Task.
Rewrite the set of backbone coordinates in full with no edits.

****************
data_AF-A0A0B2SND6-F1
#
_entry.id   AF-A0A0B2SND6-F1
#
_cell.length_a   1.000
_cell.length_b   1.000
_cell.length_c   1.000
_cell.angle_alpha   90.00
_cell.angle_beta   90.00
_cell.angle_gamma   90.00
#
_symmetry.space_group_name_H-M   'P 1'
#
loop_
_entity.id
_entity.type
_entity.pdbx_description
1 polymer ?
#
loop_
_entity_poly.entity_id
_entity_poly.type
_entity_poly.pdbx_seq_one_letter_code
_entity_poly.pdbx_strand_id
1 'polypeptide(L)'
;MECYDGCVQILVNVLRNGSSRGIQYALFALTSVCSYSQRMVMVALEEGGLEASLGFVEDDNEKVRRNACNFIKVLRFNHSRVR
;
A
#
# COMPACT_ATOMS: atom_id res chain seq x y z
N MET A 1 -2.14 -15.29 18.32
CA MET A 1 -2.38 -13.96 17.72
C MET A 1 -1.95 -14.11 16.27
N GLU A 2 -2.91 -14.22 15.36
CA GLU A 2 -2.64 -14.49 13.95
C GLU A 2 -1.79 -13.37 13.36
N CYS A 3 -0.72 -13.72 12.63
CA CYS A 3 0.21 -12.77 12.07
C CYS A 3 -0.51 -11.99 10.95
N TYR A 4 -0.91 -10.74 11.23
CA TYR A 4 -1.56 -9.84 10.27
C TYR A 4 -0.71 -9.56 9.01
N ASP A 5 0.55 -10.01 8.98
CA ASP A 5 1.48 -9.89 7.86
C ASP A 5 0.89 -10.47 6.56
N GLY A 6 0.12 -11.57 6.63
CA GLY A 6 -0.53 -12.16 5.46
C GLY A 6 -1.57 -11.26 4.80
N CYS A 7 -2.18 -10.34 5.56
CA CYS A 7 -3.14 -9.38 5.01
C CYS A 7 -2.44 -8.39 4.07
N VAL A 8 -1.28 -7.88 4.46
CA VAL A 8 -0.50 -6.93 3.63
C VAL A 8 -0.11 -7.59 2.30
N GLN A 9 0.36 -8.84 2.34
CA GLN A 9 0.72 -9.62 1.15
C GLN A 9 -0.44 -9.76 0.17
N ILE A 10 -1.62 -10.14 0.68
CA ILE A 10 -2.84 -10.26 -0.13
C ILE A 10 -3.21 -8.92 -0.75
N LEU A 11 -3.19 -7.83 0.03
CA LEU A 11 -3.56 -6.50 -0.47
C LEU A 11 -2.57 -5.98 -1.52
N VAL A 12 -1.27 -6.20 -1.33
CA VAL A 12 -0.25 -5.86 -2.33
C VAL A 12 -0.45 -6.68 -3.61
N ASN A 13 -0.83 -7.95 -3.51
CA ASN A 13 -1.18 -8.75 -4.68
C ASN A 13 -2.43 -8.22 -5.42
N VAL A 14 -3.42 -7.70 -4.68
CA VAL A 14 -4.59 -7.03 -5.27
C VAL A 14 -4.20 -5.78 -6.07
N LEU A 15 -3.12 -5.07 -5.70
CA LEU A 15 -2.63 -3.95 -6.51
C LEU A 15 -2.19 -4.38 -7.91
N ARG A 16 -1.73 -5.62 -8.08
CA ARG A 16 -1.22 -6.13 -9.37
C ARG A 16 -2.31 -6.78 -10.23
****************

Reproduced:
data_AF-A0A0B2SND6-F1
#
_entry.id   AF-A0A0B2SND6-F1
#
_cell.length_a   1.000
_cell.length_b   1.000
_cell.length_c   1.000
_cell.angle_alpha   90.00
_cell.angle_beta   90.00
_cell.angle_gamma   90.00
#
_symmetry.space_group_name_H-M   'P 1'
#
loop_
_entity.id
_entity.type
_entity.pdbx_description
1 polymer ?
#
loop_
_entity_poly.entity_id
_entity_poly.type
_entity_poly.pdbx_seq_one_letter_code
_entity_poly.pdbx_strand_id
1 'polypeptide(L)'
;MECYDGCVQILVNVLRNGSSRGIQYALFALTSVCSYSQRMVMVALEEGGLEASLGFVEDDNEKVRRNACNFIKVLRFNHSRVR
;
A
#
# COMPACT_ATOMS: atom_id res chain seq x y z
N MET A 1 -2.14 -15.29 18.32
CA MET A 1 -2.38 -13.96 17.72
C MET A 1 -1.95 -14.11 16.27
N GLU A 2 -2.91 -14.22 15.36
CA GLU A 2 -2.64 -14.49 13.95
C GLU A 2 -1.79 -13.37 13.36
N CYS A 3 -0.72 -13.72 12.63
CA CYS A 3 0.21 -12.77 12.07
C CYS A 3 -0.51 -11.99 10.95
N TYR A 4 -0.91 -10.74 11.23
CA TYR A 4 -1.56 -9.84 10.27
C TYR A 4 -0.71 -9.56 9.01
N ASP A 5 0.55 -10.01 8.98
CA ASP A 5 1.48 -9.89 7.86
C ASP A 5 0.89 -10.47 6.56
N GLY A 6 0.12 -11.57 6.63
CA GLY A 6 -0.53 -12.16 5.46
C GLY A 6 -1.57 -11.26 4.80
N CYS A 7 -2.18 -10.34 5.56
CA CYS A 7 -3.14 -9.38 5.01
C CYS A 7 -2.44 -8.39 4.07
N VAL A 8 -1.28 -7.88 4.46
CA VAL A 8 -0.50 -6.93 3.63
C VAL A 8 -0.11 -7.59 2.30
N GLN A 9 0.36 -8.84 2.34
CA GLN A 9 0.72 -9.62 1.15
C GLN A 9 -0.44 -9.76 0.17
N ILE A 10 -1.62 -10.14 0.68
CA ILE A 10 -2.84 -10.26 -0.13
C ILE A 10 -3.21 -8.92 -0.75
N LEU A 11 -3.19 -7.83 0.03
CA LEU A 11 -3.56 -6.50 -0.47
C LEU A 11 -2.57 -5.98 -1.52
N VAL A 12 -1.27 -6.20 -1.33
CA VAL A 12 -0.25 -5.86 -2.33
C VAL A 12 -0.45 -6.68 -3.61
N ASN A 13 -0.83 -7.95 -3.51
CA ASN A 13 -1.18 -8.75 -4.68
C ASN A 13 -2.43 -8.22 -5.42
N VAL A 14 -3.42 -7.70 -4.68
CA VAL A 14 -4.59 -7.03 -5.27
C VAL A 14 -4.20 -5.78 -6.07
N LEU A 15 -3.12 -5.07 -5.70
CA LEU A 15 -2.63 -3.95 -6.51
C LEU A 15 -2.19 -4.38 -7.91
N ARG A 16 -1.73 -5.62 -8.08
CA ARG A 16 -1.22 -6.13 -9.37
C ARG A 16 -2.31 -6.78 -10.23